I am currently an Honorary Associate in the Department of Environment, Earth and Ecosystems and hold a 3-year National Teaching Fellowship from the HEA, awarded in October 2014..
I studied Zoology at Newcastle University and did research for my Ph.D at Nottingham University in the Zoology department. While at Nottingham I startd working for the OU as a summer school demonstator and a tutor on the Science Foundation Course. I moved to the Zoology department in Edinburgh University where I was firstly a Demonstrator in Zoology and then a Lecturer in Parasitology. I joined the OU full time in 1981. Between 1992 and 1996 I was a Co-Director of the Biodiversity Consortium, a grouping of over 40 Universities producing multimedia teaching materials for Biology. I was a Sub-Dean in the Science Faculty for 6 years and held a secondment as Head of the Open Broadcast Unit for 3 years. In 2001 I spent 6 months in Japan as a visiting professor in higher education at Nagoya University.
I have a long interest in the use of broadcasting and the visual media generally in encouraging both formal and informal learning and have been an academic advisor on many BBC/OU co-productions, as well as taking part in broacasts. I have contributed videos to iTunes-U, a learning pathway on ecosystems for iTunes-U and a Galapagos ebook. I am the lead academic on the Introduction to Ecosystems MOOC on FutureLearn.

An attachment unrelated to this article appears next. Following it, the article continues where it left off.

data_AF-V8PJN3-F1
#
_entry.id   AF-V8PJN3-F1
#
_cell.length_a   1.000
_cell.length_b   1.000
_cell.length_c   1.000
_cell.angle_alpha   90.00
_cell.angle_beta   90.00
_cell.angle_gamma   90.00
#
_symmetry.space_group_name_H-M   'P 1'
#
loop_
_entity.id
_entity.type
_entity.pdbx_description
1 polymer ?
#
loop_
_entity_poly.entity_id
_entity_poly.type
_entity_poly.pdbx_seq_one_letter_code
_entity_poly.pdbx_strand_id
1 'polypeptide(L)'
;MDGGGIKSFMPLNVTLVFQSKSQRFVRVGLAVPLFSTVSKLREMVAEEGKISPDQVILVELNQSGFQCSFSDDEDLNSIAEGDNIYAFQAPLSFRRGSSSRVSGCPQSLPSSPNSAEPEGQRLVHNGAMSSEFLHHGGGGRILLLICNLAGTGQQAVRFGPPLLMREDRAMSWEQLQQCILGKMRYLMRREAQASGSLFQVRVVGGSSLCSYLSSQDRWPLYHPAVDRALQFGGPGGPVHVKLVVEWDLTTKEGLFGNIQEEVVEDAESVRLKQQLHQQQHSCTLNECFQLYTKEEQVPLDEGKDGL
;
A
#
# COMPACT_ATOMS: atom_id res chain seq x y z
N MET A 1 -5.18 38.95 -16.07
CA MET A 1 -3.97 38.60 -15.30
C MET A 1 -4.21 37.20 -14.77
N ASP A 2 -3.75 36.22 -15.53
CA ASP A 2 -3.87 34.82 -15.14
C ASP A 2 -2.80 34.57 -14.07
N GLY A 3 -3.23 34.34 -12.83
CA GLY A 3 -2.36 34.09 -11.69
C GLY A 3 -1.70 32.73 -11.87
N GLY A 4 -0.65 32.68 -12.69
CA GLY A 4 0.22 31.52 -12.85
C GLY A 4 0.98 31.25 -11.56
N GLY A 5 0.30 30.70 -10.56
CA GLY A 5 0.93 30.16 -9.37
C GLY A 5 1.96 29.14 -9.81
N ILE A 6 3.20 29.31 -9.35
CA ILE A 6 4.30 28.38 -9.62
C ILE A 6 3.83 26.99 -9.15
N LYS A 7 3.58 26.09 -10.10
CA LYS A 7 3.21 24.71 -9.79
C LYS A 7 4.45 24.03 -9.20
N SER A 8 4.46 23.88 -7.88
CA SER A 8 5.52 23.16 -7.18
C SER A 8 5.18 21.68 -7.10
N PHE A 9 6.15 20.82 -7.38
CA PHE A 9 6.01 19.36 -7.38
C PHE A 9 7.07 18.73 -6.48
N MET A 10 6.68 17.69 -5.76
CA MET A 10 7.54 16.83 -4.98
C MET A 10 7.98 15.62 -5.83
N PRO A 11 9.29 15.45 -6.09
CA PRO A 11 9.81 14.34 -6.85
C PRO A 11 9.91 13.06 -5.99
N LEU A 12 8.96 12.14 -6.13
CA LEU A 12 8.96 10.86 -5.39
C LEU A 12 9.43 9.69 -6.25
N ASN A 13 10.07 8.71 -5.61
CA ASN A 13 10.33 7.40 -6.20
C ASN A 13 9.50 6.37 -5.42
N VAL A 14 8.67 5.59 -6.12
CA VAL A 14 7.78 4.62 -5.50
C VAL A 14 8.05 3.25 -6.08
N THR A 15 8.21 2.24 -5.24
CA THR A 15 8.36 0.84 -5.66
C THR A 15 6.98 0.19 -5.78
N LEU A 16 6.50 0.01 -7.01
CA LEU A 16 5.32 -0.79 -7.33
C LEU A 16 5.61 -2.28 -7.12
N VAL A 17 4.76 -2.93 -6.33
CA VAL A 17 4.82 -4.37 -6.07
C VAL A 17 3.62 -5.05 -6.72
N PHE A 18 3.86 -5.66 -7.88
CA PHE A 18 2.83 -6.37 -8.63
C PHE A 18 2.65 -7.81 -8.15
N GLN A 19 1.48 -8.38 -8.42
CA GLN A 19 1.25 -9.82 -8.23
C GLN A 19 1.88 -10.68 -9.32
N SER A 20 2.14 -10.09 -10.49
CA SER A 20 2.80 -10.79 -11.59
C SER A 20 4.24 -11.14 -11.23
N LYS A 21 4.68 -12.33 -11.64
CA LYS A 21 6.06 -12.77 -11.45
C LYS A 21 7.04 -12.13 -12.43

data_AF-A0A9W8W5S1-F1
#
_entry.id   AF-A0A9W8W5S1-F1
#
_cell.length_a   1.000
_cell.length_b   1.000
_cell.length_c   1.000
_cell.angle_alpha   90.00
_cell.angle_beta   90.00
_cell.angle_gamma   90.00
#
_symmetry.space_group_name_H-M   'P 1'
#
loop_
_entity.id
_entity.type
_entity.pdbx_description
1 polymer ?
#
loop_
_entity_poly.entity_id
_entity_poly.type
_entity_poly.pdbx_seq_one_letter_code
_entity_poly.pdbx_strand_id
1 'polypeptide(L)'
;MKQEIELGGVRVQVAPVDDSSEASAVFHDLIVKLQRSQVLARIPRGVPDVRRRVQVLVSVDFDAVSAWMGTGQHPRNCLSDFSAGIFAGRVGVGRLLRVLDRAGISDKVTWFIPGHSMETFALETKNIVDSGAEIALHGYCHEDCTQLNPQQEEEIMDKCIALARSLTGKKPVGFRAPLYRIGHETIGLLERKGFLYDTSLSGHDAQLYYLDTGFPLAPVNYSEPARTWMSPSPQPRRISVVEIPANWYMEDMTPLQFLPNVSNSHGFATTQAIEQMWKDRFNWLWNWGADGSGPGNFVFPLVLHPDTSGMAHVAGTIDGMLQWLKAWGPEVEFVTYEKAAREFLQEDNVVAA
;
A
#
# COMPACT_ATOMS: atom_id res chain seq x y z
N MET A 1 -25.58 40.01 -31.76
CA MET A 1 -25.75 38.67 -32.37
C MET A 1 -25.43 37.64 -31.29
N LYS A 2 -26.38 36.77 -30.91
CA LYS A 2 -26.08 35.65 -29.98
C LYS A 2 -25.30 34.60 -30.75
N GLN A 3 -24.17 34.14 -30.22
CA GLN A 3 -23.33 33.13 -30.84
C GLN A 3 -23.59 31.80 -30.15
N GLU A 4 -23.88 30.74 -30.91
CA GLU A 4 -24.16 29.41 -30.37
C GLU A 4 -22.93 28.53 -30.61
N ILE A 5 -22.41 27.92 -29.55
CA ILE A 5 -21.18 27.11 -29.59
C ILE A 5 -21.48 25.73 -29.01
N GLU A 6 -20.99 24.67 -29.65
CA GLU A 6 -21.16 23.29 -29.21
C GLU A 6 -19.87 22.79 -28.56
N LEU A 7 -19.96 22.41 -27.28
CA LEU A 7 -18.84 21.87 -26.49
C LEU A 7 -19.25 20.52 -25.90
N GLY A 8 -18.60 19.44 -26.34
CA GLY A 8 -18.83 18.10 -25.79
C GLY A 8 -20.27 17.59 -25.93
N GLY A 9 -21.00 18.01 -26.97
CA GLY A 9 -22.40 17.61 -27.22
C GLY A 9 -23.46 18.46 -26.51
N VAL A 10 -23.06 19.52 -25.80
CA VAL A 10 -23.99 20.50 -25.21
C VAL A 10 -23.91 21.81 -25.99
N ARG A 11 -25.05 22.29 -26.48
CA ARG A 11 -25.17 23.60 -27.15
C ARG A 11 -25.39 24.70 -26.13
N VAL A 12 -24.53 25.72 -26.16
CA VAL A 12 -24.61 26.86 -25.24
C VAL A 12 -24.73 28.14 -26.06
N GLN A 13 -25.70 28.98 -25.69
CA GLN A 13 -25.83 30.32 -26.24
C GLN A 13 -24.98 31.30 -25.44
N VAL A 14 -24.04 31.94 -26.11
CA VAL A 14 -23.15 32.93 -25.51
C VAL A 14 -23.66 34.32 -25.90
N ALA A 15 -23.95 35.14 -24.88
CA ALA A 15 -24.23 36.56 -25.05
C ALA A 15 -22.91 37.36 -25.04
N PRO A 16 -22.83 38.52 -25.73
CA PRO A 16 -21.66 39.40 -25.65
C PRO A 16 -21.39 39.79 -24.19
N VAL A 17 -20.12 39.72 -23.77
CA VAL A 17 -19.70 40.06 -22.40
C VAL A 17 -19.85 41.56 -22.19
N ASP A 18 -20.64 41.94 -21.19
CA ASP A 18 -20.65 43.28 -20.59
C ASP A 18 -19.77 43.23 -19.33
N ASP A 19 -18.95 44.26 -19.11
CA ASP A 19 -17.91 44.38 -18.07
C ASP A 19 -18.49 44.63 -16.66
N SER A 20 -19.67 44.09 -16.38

My principal research interest now is ultrasonic communication in bush crickets and I am interested in all stages of the acoustic pathway. I am working at field sites in the UK and Germany on one species, Leptophyes punctatissima, where there is acoustic communication between both sexes. The whole interchange between a male and a female can last as little as 25 ms and is entirely ultrasonic (40 kHz). The aim of the field work is to establish the optimum ecological and acoustic conditions for the species.
Distribution of Leptophyes punctatissima in relation to vegetation at three field sites.
Selection of singing sites by male and female Leptophyes punctatissima.
An investigation of possible acoustic interaction between Leptophyes punctatissima and bats.
I have contributed to courses at all levels in Science, but have particular interests in experimental science, including lab-based schools, and the application of new technology to distance learning.
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